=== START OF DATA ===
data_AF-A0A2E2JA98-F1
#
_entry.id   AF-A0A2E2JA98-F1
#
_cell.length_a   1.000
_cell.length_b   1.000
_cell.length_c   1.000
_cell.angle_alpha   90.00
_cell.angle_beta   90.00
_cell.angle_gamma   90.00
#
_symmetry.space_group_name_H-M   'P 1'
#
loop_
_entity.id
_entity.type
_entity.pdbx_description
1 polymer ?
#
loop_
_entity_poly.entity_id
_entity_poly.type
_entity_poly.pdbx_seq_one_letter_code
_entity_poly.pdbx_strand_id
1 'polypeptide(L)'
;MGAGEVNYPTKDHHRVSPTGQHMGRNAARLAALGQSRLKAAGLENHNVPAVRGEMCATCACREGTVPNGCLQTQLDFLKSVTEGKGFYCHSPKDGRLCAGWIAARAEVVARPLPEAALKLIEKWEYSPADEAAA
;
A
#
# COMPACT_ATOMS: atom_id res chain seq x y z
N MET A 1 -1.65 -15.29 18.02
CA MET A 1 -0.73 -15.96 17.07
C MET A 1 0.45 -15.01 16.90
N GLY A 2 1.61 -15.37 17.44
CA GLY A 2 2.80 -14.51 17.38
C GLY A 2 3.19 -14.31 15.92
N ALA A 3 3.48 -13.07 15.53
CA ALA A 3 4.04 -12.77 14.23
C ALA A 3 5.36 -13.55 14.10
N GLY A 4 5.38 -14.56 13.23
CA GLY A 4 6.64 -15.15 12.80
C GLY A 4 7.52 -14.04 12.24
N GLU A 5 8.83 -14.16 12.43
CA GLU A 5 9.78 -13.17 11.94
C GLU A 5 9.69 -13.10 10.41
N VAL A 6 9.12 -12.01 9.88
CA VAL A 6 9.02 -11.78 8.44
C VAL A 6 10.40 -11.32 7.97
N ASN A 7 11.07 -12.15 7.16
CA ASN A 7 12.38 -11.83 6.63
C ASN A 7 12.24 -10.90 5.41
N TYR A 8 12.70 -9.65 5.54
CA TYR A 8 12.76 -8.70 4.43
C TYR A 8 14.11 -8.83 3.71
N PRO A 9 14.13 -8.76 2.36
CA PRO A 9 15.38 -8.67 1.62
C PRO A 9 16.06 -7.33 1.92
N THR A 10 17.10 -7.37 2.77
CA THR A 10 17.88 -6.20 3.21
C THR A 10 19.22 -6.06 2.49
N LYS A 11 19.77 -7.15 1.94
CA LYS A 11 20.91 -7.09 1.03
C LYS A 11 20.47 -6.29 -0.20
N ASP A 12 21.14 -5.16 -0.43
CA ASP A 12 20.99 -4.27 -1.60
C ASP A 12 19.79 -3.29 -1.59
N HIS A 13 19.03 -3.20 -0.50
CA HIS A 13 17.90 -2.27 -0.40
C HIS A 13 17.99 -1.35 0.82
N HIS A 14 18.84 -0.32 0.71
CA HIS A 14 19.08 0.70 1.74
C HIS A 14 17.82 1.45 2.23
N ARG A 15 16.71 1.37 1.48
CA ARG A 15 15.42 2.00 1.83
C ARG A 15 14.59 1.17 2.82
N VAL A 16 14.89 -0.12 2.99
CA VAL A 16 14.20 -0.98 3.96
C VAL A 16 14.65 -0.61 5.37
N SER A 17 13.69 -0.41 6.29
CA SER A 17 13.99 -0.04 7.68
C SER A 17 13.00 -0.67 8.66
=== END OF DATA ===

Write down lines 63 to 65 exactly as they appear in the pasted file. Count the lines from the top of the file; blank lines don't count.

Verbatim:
C LYS A 11 20.47 -6.29 -0.20
N ASP A 12 21.14 -5.16 -0.43
CA ASP A 12 20.99 -4.27 -1.60